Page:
December 2002
Volume 43, Issue 13
ARVO Annual Meeting Abstract  |   December 2002
Discrimination of Noisy Tissue Structures in Surgery
Author Affiliations & Notes
  • D Ebrahimi
    Dept of Surgery University of Toronto Toronto ON Canada
  • SJ Hamstra
    Dept of Surgery University of Toronto Toronto ON Canada
  • Footnotes
    Commercial Relationships   D. Ebrahimi, None; S.J. Hamstra, None. Grant Identification: NSERC
Investigative Ophthalmology & Visual Science December 2002, Vol.43, 4794. doi:
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      D Ebrahimi, SJ Hamstra; Discrimination of Noisy Tissue Structures in Surgery . Invest. Ophthalmol. Vis. Sci. 2002;43(13):4794.

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      © ARVO (1962-2015); The Authors (2016-present)

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Abstract: : Little is known about the statistics of images in surgery, or the feasibility of applying methods of signal enhancement to assist surgeons in the identification of tissue in visually noisy fields. This may be especially important for endoscopic/laparoscopic surgery, as the visual field is constrained. Purpose: To characterize the natural statistics of surgical images and to employ computational image analysis techniques from vision science to solve problems of tissue identification in surgery. Methods: As a first step in investigating the feasibility of using multiresolution (wavelet transform) texture analysis for visual discrimination of surgical tissues, we measured the statistical characteristics of several surgical images and compared them with the known characteristics of natural scenes. Natural images have a simple characteristic spatial structure, with amplitude spectra that decrease with frequency roughly as 1/f, and considerable variability in amplitude spectra between individual images and in image ensembles. Therefore, amplitude is generally thought to be proportional to 1/fα where α has been found to be within a fairly narrow range (0.7 -1.5) for natural scenes. For the purpose of this study, a digital set of 24 parathyroid images was acquired and its spatial frequency content analysed. We used a set of parathyroid images since these represent a difficult visual problem and provided a good set for the development of image enhancement techniques. Results: The value of α for this set of images was found to be 1.59. The same measure for a set of 60 natural images from the Brodatz book of texture gave a value of 1.12. Consequently, we developed examples of image enhancement using a histogram equalization technique. Conclusion: The large value of α for surgical images is barely in the range of natural images and indicates a steep spectrum. This may be expected as the amplitude spectrum of scenes is a representation of correlational structure. Surgical images lack sharp edges and high frequency content, but it is feasible to enhance target structures.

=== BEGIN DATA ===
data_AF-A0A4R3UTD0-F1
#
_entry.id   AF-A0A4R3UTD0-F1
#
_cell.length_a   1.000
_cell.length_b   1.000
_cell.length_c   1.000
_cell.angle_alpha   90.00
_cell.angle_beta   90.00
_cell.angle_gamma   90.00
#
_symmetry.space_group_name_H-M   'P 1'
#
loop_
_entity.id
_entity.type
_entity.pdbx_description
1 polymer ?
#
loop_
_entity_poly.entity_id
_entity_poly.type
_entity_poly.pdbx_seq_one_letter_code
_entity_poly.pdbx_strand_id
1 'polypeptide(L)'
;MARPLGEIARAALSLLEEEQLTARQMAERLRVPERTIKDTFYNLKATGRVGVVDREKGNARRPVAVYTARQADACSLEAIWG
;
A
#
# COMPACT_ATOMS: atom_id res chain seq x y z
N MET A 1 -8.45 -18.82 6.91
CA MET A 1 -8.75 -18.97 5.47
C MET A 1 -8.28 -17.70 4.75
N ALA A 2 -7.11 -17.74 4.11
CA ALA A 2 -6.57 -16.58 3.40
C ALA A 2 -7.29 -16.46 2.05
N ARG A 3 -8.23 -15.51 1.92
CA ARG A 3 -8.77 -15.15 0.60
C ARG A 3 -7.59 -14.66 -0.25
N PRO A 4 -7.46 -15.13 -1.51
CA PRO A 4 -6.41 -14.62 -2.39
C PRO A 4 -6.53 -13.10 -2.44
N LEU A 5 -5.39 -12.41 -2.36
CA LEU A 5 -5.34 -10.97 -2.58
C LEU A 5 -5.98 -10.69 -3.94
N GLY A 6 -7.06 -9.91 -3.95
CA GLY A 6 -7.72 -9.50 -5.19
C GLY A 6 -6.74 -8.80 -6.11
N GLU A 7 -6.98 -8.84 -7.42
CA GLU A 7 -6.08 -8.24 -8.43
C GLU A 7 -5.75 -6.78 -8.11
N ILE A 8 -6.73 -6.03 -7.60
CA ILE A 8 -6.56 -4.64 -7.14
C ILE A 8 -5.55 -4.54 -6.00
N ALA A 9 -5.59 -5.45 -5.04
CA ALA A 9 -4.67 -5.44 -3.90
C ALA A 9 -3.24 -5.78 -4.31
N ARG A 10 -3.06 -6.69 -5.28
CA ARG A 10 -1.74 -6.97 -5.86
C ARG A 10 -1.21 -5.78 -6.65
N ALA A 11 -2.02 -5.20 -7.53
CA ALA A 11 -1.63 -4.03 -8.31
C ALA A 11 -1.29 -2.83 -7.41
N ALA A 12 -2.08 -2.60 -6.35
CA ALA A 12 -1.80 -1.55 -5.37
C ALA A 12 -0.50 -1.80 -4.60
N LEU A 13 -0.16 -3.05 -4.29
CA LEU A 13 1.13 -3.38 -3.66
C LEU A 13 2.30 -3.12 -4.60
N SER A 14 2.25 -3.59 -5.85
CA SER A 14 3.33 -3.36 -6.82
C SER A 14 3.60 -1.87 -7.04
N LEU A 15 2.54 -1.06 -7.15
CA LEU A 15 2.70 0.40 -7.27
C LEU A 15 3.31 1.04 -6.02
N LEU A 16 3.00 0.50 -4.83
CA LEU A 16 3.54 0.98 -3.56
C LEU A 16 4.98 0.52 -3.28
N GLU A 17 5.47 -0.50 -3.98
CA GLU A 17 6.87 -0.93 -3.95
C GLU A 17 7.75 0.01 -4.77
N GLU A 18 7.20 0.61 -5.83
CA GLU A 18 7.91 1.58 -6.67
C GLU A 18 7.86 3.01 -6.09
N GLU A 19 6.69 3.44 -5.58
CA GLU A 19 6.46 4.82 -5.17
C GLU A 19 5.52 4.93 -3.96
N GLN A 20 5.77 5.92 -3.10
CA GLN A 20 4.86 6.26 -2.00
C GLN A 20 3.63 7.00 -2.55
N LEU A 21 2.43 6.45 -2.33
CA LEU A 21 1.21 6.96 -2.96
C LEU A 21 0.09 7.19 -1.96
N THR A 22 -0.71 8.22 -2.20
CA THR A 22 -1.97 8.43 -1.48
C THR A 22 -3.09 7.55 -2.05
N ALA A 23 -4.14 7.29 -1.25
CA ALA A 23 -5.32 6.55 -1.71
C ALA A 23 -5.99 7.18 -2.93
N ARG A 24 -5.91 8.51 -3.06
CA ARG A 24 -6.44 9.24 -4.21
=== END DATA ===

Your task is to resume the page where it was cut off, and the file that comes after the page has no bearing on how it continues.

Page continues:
Keywords: 429 image processing • 579 shape, form, contour, object perception • 586 spatial vision 

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